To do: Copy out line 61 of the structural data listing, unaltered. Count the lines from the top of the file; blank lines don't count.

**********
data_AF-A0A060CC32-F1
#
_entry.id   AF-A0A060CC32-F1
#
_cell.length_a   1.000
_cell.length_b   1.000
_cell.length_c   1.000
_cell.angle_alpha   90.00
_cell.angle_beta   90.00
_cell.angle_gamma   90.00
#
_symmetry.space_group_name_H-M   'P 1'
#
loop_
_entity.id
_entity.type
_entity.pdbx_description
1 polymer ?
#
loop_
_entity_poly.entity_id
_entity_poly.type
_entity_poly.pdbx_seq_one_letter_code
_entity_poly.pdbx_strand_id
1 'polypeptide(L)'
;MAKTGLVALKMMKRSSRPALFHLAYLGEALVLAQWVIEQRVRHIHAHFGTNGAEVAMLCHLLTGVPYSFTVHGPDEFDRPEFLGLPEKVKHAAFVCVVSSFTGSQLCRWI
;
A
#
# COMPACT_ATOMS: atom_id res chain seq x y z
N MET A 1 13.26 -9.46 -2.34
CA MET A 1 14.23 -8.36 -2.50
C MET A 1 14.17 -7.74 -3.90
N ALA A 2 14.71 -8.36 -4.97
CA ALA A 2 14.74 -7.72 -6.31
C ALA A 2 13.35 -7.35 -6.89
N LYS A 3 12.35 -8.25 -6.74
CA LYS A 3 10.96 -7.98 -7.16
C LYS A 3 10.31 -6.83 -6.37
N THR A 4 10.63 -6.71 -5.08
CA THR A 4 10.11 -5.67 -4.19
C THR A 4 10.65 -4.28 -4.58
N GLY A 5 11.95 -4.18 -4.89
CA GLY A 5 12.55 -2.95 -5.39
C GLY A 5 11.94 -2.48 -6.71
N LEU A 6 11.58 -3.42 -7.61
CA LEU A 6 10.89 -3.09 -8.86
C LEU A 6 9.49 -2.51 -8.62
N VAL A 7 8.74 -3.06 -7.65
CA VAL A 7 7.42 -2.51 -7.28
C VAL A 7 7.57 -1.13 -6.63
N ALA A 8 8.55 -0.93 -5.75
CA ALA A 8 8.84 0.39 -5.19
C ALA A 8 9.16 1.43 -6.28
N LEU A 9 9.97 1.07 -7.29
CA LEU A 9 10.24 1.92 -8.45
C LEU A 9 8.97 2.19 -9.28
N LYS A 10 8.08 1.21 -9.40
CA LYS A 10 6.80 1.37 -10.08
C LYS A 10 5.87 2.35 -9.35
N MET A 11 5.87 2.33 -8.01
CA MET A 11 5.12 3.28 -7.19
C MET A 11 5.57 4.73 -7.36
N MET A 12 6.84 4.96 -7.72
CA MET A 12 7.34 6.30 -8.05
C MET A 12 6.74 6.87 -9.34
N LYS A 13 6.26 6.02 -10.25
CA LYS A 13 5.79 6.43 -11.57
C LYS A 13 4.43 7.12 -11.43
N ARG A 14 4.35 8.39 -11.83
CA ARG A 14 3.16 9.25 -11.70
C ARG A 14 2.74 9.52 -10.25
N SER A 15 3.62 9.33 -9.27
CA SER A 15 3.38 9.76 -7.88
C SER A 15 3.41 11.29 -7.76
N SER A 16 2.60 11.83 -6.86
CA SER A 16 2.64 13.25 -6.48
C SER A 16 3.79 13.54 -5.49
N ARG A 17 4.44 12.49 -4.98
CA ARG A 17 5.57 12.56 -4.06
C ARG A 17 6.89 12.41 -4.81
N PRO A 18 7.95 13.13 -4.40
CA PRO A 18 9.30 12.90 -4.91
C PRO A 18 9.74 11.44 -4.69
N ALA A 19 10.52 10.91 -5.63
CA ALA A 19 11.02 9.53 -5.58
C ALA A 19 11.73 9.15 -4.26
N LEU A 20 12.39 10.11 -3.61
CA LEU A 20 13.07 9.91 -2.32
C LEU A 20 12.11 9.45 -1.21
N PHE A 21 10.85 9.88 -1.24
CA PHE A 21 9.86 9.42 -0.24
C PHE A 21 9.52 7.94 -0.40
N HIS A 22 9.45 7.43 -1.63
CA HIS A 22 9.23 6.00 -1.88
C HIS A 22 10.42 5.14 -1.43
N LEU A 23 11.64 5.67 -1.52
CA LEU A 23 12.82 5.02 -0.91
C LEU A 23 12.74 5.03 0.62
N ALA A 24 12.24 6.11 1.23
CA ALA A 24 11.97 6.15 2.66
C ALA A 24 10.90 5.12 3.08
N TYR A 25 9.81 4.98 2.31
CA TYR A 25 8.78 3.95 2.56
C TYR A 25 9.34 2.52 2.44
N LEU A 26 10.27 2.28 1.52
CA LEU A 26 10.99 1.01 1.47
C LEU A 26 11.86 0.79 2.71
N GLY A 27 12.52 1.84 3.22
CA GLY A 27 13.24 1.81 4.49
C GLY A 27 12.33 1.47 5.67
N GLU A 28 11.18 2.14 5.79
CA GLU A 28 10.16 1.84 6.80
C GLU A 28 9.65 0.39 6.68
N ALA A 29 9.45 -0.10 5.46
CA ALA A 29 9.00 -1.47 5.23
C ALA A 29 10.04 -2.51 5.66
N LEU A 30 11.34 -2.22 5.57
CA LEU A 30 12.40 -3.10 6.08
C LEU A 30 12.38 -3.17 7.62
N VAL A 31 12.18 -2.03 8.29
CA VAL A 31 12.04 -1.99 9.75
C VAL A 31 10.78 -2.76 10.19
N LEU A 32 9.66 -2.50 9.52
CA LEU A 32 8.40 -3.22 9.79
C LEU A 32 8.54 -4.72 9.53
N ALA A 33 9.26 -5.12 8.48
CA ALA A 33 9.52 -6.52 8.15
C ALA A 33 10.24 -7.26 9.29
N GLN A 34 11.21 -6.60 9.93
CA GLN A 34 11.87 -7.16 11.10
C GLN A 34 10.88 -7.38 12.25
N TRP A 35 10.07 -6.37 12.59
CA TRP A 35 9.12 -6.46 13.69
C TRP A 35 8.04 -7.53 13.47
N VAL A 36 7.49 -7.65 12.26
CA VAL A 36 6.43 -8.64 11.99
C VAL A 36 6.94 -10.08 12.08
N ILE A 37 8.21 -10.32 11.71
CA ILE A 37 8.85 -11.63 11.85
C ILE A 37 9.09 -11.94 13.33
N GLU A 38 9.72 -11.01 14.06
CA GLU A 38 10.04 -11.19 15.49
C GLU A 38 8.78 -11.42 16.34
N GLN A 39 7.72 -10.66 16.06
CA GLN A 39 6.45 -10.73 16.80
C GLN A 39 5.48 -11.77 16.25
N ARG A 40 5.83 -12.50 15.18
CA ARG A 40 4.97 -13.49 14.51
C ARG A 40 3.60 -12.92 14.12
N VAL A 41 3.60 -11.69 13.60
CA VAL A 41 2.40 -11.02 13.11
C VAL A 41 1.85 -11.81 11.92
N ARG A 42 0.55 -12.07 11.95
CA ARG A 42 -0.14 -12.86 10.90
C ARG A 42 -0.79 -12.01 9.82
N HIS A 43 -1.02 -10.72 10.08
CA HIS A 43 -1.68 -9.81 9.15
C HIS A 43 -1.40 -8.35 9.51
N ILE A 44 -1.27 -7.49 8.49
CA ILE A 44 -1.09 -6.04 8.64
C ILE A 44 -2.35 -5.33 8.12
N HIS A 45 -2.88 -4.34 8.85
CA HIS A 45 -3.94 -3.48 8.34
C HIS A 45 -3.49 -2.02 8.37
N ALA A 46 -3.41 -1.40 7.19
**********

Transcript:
N MET A 11 5.87 2.33 -8.01